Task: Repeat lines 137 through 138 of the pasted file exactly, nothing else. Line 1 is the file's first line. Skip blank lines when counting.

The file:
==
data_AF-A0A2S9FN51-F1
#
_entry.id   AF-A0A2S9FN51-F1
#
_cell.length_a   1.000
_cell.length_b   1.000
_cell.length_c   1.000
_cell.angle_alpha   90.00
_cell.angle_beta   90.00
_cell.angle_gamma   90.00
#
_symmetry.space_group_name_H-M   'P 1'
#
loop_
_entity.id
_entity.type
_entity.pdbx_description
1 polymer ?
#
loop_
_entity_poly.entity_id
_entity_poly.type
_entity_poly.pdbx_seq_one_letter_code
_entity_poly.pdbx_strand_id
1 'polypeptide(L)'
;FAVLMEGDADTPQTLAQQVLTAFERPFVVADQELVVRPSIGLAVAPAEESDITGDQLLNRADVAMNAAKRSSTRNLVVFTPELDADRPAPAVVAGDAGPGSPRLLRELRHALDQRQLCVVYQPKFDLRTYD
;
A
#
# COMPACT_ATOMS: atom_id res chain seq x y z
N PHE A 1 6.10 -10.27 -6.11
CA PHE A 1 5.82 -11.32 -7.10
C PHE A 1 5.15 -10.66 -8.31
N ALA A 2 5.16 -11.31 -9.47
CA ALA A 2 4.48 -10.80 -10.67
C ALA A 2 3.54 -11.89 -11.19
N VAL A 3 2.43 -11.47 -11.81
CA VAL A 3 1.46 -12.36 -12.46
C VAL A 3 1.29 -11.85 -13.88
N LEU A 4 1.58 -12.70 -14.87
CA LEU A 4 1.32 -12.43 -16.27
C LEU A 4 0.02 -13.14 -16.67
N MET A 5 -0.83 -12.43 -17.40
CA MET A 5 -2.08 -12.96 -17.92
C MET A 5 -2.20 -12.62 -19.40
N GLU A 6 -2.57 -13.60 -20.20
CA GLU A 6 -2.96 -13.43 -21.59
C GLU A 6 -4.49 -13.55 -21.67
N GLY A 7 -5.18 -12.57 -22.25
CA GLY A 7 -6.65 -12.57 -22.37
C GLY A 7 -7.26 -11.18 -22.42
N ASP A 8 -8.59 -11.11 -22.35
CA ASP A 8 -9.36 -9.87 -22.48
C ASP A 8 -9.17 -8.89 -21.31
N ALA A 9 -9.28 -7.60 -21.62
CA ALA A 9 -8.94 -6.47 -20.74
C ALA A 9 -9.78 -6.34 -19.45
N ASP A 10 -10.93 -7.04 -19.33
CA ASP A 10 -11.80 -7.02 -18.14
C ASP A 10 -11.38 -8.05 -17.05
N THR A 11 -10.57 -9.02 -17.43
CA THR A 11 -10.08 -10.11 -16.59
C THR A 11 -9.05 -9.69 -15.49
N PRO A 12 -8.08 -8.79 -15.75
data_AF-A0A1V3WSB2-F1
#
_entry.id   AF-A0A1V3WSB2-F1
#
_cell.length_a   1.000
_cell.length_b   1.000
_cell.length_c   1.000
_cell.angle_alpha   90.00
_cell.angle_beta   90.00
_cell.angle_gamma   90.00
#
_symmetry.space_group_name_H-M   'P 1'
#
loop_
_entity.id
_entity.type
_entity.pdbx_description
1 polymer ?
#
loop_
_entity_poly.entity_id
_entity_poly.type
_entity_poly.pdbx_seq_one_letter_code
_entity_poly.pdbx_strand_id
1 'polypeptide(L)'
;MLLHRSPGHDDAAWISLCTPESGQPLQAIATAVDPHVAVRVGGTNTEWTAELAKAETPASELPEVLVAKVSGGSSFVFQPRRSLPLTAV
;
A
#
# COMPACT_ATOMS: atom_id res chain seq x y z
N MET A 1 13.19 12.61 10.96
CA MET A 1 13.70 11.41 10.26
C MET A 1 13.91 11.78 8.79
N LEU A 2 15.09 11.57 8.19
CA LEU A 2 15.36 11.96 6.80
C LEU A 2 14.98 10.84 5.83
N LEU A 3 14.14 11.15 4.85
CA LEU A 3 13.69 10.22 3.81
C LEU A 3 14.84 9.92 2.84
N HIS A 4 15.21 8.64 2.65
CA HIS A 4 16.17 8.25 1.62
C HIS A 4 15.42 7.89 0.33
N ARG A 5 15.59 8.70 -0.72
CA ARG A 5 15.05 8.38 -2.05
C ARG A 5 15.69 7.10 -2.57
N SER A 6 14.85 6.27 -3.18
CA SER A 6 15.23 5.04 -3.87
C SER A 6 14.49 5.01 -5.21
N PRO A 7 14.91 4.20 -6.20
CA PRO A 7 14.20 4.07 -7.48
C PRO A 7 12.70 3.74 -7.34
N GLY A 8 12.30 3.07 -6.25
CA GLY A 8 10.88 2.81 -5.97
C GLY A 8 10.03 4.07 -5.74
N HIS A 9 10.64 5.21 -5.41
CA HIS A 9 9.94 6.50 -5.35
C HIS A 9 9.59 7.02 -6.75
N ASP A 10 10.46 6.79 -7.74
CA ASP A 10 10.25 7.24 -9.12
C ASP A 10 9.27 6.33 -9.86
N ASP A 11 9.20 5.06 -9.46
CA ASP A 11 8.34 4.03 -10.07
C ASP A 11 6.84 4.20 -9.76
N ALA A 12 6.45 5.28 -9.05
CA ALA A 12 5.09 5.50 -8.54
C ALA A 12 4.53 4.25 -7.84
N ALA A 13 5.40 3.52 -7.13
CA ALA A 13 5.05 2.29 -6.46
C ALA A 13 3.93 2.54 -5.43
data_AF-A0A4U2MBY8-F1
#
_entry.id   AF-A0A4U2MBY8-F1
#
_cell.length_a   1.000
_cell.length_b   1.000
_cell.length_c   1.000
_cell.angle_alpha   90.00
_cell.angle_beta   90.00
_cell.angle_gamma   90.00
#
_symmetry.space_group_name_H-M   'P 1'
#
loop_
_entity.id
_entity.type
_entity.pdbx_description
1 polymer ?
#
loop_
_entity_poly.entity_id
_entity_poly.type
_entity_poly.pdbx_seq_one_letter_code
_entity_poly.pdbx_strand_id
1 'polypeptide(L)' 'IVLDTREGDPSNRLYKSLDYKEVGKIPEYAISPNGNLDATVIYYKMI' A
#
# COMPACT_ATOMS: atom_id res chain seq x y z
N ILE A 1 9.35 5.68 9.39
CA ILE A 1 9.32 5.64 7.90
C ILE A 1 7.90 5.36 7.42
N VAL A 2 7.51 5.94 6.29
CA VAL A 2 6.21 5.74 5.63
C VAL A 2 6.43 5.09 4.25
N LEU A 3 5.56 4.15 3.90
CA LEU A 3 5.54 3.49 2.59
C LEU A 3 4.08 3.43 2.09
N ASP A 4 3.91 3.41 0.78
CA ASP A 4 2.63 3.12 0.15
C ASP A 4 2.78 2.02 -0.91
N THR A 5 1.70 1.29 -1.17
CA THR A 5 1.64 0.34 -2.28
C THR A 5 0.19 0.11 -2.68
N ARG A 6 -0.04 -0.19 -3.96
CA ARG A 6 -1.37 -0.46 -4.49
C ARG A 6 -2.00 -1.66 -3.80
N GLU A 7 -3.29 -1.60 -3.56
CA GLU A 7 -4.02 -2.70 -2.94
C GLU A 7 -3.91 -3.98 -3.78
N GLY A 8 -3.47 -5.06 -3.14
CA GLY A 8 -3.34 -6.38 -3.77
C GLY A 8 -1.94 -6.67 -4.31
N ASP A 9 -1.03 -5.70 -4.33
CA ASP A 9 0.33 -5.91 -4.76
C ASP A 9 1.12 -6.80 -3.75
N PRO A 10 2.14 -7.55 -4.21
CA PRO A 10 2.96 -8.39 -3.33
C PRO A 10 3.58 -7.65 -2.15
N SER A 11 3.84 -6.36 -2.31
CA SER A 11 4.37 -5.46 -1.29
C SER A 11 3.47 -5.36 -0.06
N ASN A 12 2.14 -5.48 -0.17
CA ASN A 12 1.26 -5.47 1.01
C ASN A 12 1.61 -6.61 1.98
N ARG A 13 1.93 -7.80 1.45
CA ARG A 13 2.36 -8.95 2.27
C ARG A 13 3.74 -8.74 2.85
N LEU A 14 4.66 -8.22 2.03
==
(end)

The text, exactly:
#
_cell.length_a   1.000